Non-stick:non-stick baking sheets are quite common for non-commercial use. The non-stick coating can scratch, so make sure to avoid using metal utensils with these baking sheets. The darker color of the non-stick coating also tends to brown the bottoms of cookies and other baked goods faster, so keep that in mind.
Enamel coated:enamel coated baking sheets have a glossy enamel coating, which is naturally non-stick. They’re lightweight, easy to clean, and can be visually appealing, but the enamel coating can scratch and crack if you tend to be rough with your bakeware.
Sheet pans also come in a variety of sizes. Commercial baking sheets are often listed as full (26″x18″), half (18″x13″), or quarter (13″x9″). A commercial half sheet pan would be considered a large sheet pan for home cooking. Sheet pans sold for home cooks often just have the dimensions listed alone. I highly suggest buying a set of three sizes when just starting out, so you can have a sheet pan for every need.
3. Cheese Grater
Why I Love It
Oh the humble cheese grater. So unassuming, but oh so very useful! I love this simple tool because it’s so versatile, yet so simple, so there are no complex mechanical parts to break. It saves me time with chopping and helps me sneak more vegetables into my meals.
How I Use It
I suppose I should stop calling it a “cheese” grater because I use it for so many more things than just cheese! Instead of finely chopping vegetables, just run the vegetables across the surface of your “cheese” grater to get an almost minced texture. I most often grate carrots, zucchini, potatoes, sweet potatoes, and beets. Fine-holed graters are great for garlic and ginger. I also use my graters to zest citrus fruits, and grate frozen butter when making biscuits and other flakey baked goods.
Graters come in all sorts of shapes and sizes, but I suggest getting at least two sizes: large and small holes. You can either buy these as separate hand-held graters, or as one box grater than has multiple surfaces. I tend to like the single graters because I find them easier to clean, and if one is in the dishwasher, the other may still be clean and ready to use.
4. Small Blender
Why I Love It
My small, single-serving blender is a surprise winner in my kitchen. I originally bought my little single-serving blender for making smoothies, but over the years have pulled it out of my cabinet for so much more. It’s small, so it doesn’t take up a lot of cabinet or countertop space, it’s easy to clean (mine can go in the dishwasher), and it’s inexpensive.
While my small blender was a cheap-o $15 dollar model that definitely didn’t last forever, I love it so much and find it so useful that each time it wore out, I repurchased it (two times over about 8 years).
Funny story: one day I convinced myself that I needed a “real” blender so I went and bought a fancy and expensive Ninja. I used that thing maybe two times and then kept going back for my little $15 wonder. :)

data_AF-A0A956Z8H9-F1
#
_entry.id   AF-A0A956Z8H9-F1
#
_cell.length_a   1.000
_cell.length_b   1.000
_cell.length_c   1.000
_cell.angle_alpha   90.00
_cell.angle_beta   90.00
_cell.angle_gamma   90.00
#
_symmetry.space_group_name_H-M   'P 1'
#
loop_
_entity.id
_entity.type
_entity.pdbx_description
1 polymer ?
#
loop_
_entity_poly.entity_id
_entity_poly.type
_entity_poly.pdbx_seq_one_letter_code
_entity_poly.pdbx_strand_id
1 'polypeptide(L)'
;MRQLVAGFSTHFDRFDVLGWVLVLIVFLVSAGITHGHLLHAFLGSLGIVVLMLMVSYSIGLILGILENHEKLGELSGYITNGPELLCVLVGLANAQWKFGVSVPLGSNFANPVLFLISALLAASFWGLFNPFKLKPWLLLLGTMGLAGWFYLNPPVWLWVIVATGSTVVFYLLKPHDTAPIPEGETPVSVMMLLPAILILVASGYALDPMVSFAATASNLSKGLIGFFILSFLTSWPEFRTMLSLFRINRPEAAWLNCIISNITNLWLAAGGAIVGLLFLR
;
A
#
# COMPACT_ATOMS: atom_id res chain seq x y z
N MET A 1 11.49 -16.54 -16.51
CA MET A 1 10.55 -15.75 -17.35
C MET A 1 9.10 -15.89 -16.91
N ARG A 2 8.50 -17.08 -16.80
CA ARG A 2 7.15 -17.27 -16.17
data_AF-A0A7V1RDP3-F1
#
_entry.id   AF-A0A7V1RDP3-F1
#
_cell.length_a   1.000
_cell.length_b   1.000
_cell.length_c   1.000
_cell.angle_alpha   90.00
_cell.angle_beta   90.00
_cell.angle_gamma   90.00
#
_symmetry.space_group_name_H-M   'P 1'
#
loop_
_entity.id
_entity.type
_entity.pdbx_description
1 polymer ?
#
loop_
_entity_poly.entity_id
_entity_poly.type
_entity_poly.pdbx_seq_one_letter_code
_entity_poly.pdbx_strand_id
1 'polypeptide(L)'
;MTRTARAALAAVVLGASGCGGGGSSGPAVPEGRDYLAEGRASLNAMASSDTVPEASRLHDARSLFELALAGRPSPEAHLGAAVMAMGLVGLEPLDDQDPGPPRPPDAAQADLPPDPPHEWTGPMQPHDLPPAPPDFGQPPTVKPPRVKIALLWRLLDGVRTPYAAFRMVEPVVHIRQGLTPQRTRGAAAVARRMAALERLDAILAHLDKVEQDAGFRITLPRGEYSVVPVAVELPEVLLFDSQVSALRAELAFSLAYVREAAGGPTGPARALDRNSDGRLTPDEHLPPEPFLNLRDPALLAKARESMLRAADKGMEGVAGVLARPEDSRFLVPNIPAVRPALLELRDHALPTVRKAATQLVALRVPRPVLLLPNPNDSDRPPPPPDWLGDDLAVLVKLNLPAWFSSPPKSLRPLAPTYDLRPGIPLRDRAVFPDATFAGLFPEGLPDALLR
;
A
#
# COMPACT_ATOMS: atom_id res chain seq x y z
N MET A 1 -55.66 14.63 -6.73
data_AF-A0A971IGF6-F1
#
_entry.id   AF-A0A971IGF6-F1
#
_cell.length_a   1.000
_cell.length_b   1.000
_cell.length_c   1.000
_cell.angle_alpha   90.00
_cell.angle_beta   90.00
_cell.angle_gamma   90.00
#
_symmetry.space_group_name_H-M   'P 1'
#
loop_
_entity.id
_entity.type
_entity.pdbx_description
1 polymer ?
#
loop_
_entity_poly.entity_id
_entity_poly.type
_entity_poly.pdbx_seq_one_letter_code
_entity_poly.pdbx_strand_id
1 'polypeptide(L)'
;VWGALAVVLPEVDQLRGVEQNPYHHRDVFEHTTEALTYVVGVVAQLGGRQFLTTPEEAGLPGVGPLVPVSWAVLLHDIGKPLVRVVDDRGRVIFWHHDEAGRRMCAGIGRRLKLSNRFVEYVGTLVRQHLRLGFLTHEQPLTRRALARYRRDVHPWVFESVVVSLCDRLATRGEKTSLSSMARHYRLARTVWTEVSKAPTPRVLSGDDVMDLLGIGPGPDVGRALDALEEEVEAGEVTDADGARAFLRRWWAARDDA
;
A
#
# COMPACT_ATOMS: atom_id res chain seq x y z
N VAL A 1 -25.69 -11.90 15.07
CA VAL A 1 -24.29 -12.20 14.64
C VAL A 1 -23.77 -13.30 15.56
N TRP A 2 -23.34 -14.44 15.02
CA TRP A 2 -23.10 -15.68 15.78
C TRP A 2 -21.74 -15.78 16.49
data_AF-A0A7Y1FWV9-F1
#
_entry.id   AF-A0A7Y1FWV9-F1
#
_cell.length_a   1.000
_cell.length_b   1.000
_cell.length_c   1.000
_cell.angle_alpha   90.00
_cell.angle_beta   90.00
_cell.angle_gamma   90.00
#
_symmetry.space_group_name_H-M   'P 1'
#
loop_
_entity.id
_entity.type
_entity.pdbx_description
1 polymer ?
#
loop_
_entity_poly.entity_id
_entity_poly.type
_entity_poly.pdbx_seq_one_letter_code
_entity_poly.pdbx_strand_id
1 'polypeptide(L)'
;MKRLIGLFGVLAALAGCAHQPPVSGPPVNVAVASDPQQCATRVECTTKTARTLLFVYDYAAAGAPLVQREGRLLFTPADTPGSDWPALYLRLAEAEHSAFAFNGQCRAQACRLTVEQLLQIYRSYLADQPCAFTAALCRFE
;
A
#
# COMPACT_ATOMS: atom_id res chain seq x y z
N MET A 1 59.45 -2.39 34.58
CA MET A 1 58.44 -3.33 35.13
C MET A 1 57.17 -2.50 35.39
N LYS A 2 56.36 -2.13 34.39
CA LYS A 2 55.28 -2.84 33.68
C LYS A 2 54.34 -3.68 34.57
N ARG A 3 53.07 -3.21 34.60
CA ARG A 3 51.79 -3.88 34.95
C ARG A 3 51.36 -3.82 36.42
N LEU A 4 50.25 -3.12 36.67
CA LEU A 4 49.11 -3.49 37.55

How I Use It
My little mighty blender does just fine for smoothies, but don’t expect Blendtec or Vitamix level results. In addition to smoothies, I use my little blender for whipping up homemade salad dressings, dips (although it’s not great for super thick dips like hummus), sauces, and puréeing other ingredients, like beans. It’s just perfect for small jobs where you don’t want to deal with or clean a giant 9 cup blender with scary sharp blades.
I can only vouch for the Hamilton Beach model that I have owned, which also doesn’t seem to be available on Amazon for its normal $15-$20 price. You can get this model at Target, Walmart, or probably any other major home goods store.
As an alternative to a small single-serving blender, an immersion blender will probably accomplish many of the same small tasks and can boast a few more uses (like blending soups right in the pot), but they do tend to be about double the price.
5. Chef’s Knife
Why I Love It
I saved the best for last! My chef’s knife is like an extension of my arm. It’s a general purpose kitchen utility knife that I use almost exclusively when cooking. In fact, I probably will never buy a full set of kitchen knives because this is practically the only knife I use (aside from a bread knife and the occasional paring knife). Chef’s knife are big and sturdy enough for large jobs, but small enough to be nimble and allow for a working at a quick pace. I absolutely, without a doubt, would not be able to function in my kitchen without it.
How I Use It
The long, broad, slightly tapered blade of a chef’s knife is great for slicing, chopping, mincing, julienning, carving, and more. If you’re not sure what type of knife to use for your task, a chef’s knife is a safe bet. Avoid chef’s knives for small jobs, like peeling or scoring, boning, or fileting.
Always make sure your chef’s knife is clean and sharp to avoid slips and injuries. Always wash by hand and avoid the dishwasher, where it can get dinged up and dulled. Keep your chef’s knife in some sort of knife holder or magnetic strip, again to avoid rubbing on other items and unintentionally damaging the blade.
Much like Dutch ovens, chef’s knives can range in price from very cheap to very expensive. I’ve used the cheapest of the cheap chef’s knives up to some very pricey “fancy” knives, and I will say that they all get the job done. My favorite chef’s knife that is the perfect balance between budget and quality is the Victorinox Fibrox 8-inch Chef’s Knife, and this is what I am currently using daily in my kitchen. I also own a Shun 8-inch Chef’s Knife that I won in a raffle, and while it is very pretty and has superb craftsmanship, I don’t find that it performs any better than my Victorinox. In fact, I prefer the weight balance of my Victorinox.